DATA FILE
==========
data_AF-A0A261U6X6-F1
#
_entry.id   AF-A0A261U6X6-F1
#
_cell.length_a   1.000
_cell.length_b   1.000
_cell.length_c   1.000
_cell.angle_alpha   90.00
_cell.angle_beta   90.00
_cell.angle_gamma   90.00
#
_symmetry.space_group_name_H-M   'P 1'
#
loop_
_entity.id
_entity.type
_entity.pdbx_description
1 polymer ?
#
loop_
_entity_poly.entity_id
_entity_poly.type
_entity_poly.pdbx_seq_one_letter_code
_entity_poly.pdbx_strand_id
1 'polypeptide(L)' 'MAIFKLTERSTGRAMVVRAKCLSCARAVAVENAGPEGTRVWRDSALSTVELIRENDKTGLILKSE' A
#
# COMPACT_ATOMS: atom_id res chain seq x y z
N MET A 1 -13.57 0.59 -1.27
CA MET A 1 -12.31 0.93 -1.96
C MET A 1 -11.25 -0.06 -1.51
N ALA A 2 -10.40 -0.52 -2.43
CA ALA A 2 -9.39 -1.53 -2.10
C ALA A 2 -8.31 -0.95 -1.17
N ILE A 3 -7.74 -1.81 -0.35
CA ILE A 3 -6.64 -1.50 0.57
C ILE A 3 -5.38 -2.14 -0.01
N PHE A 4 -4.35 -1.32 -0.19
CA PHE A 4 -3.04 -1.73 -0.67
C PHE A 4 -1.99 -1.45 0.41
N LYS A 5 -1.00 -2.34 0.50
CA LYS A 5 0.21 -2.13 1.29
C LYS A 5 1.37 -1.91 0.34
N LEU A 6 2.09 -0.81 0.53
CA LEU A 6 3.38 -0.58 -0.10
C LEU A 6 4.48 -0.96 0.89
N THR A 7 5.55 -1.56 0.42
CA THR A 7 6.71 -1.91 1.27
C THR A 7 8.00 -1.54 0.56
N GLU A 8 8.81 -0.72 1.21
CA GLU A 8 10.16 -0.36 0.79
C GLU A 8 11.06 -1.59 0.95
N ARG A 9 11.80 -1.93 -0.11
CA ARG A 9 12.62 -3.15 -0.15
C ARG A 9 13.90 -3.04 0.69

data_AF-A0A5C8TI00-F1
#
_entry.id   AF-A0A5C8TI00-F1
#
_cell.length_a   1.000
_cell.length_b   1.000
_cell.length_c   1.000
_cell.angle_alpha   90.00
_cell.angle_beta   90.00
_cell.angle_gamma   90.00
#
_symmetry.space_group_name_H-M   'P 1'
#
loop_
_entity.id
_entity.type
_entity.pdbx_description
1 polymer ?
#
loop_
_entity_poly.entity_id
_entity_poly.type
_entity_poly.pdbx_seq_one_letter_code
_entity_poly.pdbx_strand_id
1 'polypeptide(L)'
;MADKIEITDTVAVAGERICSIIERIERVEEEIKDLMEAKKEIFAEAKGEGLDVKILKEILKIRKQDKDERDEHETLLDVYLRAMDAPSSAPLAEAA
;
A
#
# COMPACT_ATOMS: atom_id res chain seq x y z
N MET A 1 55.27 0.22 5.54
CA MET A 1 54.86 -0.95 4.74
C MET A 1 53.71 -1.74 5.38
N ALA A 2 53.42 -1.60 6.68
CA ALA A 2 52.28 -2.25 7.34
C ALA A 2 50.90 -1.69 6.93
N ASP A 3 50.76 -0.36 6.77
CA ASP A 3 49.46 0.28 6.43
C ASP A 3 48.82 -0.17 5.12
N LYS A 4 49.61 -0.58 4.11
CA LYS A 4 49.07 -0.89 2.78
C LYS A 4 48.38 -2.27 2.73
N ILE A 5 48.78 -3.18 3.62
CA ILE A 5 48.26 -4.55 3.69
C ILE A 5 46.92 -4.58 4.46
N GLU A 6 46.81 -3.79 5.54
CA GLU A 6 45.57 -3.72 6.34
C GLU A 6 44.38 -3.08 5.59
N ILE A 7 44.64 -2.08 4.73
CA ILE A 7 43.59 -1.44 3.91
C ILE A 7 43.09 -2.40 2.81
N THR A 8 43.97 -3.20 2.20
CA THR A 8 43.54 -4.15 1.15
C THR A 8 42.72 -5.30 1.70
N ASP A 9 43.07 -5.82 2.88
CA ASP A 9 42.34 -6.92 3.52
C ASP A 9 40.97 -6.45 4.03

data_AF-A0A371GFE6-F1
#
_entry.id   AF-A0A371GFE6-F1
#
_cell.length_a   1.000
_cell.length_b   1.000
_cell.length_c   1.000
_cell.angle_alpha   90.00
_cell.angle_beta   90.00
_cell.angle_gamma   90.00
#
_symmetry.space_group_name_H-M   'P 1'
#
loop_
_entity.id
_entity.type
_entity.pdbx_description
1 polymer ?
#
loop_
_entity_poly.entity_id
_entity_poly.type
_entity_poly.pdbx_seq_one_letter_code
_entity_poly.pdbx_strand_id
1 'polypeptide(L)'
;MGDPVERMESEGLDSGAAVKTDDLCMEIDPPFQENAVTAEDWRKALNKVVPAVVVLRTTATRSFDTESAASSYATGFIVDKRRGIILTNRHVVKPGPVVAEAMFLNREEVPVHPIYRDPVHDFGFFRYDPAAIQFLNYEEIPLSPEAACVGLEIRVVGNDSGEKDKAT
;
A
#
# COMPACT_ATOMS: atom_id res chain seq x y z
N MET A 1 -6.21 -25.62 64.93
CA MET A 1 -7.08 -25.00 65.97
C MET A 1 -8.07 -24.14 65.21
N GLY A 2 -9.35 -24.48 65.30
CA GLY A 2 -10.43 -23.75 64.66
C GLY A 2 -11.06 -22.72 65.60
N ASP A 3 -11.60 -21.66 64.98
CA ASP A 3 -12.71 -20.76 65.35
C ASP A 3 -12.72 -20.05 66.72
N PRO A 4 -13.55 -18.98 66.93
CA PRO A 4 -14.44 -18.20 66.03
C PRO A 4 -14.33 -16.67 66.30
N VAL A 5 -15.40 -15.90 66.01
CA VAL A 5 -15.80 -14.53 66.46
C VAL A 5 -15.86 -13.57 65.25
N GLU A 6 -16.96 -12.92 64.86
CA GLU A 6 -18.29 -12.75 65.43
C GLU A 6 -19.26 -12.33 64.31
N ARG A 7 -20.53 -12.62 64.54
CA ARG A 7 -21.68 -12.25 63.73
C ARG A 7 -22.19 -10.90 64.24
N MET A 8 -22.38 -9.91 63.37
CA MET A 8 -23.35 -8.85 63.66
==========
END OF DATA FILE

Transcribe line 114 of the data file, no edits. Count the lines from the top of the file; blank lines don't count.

_entry.id   AF-A0A371GFE6-F1